“You mean he is just dead,” I say. Mommy nods and blinks her tears back. “But he isn’t,” I say. “He is in this tree.”
A ladder is coming through the fence with my daddy underneath it. “What the fuck?” he curses when he sees Mommy and Aastha in the tree with me. “Lydia, what the hell are you doing? You have to stop letting the boy do whatever he pleases!”
“Why are you being so harsh?” Mommy says. “He needs a little more time, that’s all!”
“Time? It’s been five years! Who needs more time? You or the boy?”
And so everyone starts shouting. I hold on to Freddy. “Freddy, you old egg fart,” I try, but Freddy is not answering. I even close my eyes, press my forehead as hard as I can against the stem. I rub by face so hard against the rough bark it hurts. But I don’t scream. I don’t scream because it doesn’t hurt at all in comparison to the pain in my stomach. “Freddy,” I plead. “Freddy, you coward girl,” I beg, but there is only silence. I listen to the silence. The silence behind the voices, behind the shouts, behind all the wild, angry things around us. I know my daddy is very upset with me. I know he will grab me and carry me back to my room, and he’ll talk at me while I look at The Wrinkle between his eyebrows dance like a snake.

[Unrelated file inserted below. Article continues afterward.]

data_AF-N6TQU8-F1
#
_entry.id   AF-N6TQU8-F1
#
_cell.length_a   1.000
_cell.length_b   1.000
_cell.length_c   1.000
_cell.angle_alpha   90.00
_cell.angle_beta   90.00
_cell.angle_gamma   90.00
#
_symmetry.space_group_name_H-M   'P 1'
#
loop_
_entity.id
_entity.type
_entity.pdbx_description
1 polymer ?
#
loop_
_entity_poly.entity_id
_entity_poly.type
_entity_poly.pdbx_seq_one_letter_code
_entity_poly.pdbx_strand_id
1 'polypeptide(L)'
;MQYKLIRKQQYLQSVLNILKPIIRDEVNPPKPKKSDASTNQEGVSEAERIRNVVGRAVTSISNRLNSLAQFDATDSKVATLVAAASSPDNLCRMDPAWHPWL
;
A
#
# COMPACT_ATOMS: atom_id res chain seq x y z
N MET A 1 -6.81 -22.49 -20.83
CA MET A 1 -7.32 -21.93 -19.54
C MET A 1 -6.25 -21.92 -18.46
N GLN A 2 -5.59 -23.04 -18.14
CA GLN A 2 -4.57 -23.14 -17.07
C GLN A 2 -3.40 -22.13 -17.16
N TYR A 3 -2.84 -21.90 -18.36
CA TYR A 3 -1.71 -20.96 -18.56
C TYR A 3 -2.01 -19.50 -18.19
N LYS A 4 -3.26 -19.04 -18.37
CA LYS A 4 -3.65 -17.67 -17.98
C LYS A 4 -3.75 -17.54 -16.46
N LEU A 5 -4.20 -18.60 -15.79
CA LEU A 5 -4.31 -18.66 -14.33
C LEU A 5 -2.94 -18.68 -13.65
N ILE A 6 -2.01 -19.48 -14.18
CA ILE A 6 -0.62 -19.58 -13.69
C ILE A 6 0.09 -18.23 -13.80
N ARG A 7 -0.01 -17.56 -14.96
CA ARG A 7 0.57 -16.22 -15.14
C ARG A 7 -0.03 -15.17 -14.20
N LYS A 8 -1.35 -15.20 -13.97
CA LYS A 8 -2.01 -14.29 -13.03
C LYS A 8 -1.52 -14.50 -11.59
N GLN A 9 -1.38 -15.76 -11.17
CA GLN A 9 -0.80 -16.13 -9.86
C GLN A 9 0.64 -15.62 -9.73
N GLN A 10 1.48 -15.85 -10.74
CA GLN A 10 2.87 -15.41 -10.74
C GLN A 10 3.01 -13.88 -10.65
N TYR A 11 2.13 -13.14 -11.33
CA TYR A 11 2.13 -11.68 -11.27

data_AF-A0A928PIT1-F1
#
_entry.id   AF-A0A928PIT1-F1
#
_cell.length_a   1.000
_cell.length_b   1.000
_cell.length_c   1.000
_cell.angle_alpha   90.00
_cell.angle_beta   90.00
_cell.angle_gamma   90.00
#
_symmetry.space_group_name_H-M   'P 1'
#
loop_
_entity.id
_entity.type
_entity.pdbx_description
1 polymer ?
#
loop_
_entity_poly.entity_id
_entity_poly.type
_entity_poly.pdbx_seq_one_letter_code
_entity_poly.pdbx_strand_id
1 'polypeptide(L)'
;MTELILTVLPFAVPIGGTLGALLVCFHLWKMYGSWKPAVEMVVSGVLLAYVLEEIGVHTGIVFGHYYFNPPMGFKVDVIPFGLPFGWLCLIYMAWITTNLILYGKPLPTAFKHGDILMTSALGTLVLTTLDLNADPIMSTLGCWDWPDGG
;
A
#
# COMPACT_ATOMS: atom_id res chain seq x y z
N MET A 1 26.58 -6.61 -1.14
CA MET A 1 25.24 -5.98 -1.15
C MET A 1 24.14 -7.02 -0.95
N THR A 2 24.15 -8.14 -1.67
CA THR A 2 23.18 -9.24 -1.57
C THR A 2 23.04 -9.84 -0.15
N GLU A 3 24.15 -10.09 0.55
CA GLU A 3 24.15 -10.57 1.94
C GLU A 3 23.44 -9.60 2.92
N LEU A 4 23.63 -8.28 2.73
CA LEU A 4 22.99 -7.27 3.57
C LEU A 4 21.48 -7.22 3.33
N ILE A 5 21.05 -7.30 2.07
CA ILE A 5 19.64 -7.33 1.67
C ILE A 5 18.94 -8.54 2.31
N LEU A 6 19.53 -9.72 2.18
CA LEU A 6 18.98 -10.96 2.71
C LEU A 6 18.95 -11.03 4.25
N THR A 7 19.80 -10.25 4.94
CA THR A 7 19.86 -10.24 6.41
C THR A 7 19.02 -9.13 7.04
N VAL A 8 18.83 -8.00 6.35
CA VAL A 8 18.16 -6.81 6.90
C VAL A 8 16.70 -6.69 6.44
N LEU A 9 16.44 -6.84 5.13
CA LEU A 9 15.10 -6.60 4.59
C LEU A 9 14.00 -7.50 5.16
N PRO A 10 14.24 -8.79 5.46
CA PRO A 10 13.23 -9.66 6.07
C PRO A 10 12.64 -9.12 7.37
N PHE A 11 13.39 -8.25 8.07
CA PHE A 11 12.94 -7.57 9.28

“No need to call the police, Tommy.” My daddy looks like an old tired wolf. “Lydia will come down now.”
At this point a van pulls up by the curb and three bearded men get out. “Alrighty,” says the one in the checked shirt, “what’s going on here, then?”
The men move up and stand in a neat line by the fence. I am pretending I don’t speak their language; here up in the tree, we speak with our minds only. I look down at my mommy and at Faith. Both are shouting. I look up at Possibility lying leisurely and calmly in the top branches. It is strange being inside myself. I stand up quietly so no one will notice; they are all looking only at each other anyway. I am inside myself, moving my limbs, grabbing at the best places, and pushing with my legs. I want to get all the way up, all the way to the top. “Can’t you make them stop?” I ask Freddy. “Can’t you do something?”
When I get all the way up, the branches bend under my weight. But I know I am safe because Freddy is holding me up.
“Freddy,” I say. “We got to talk.”
“I don’t feel like it,” he mutters finally.
“What about relocating to another tree?”
“What if they cut down that tree? What then?” he says.
“What about relocating to a bottle? Then I could carry you around all the time!”